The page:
Finally, this modern era of guaranteed investment products has introduced the equity index annuity (EIA), commonly referred to as the fixed index annuity (FIA); emphasizing that it does not actually invest in equities, but offers credited gains relating to any of several available indices of the investor’s choosing.  One has the opportunity to profit from market gains with no risk of financial loss.  Over the last decade, the S&P index has just about netted a zero gain; in the last five years, it has fallen very slightly; in each of the last three years, it has lost nearly three percent on average.  Three years ago, this article’s author transferred one of his father’s retirement accounts into an indexed annuity that has averaged about 6.2 percent annually, tax deferred, with ZERO RISK!  When the lowest an account can yield in a given year is zero, the potential is phenomenal.  The buzz phrase in the industry is “zeroes are heroes.”

Detractors of the annuity cite such criticisms as high expenses and commissions.  In actuality, annuities have expense charges commensurate with the risks they are insuring against; and the commission structure reflects the fact that an advisor gets paid only once for the management of his client’s account, rather than racking up management and trade fees continually throughout the lifetime of an account.  Also, the returns on annuity products are illustrated net of fees; they could not possibly be more transparent, and there is no incentive for the advisor to engage in unnecessary and potentially costly transactions.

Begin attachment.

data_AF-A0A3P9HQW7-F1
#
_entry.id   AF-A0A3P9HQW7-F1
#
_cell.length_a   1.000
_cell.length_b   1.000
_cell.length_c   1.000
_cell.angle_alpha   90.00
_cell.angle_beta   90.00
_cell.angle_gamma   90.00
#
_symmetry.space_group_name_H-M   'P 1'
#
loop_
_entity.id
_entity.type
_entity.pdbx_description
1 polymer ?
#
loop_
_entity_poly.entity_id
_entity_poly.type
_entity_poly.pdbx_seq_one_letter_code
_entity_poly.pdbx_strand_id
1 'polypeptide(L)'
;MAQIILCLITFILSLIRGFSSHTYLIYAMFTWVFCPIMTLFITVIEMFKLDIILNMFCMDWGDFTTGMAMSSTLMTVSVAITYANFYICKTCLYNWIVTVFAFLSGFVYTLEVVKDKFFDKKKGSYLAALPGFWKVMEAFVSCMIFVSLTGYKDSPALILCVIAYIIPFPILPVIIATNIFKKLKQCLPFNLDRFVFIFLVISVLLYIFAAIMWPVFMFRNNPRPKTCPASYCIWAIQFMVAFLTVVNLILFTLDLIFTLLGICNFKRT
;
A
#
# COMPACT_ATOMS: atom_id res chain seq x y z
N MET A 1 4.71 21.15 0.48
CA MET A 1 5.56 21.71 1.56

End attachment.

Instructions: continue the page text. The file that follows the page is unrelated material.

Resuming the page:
So, should annuities be a part of every retirement portfolio?  Certainly not every one; but they are certainly appropriate for most people.  As with ANY financial product, annuities are not better or worse than other options; they are better for certain individuals in certain situations.  Select an independent financial planner or advisor who specializes in comprehensive planning, particularly in retirement and senior planning.

My name is Rob Drury, and I am the executive director of the Association of Christian Financial Advisors, headquartered in San Antonio, TX.   The ACFA is the nation’s largest nonprofit financial planning network.

Originally posted 2011-01-02 17:25:34.

Is It A Stigmata For Men To Dye Their Hair?

Is It A Stigmata For Men To Dye Their Hair?

I was just getting a haircut in my unisex salon and struck up a conversation with Shasta my stylist about my blogging.  I told her I was thinking of doing a post about gray hair and men.

Shasta is a good conservationist (aren’t all stylist?) and was a wealth of knowledge on the subject. When does hair normally turn gray, around the early forties I asked. No not necessarily, some get gray hair even in their twenties but after age 30 the chances of getting gray hair increase every year. By age fifty half your hair is likely to become gray. Also stress or worry does turn your hair gray.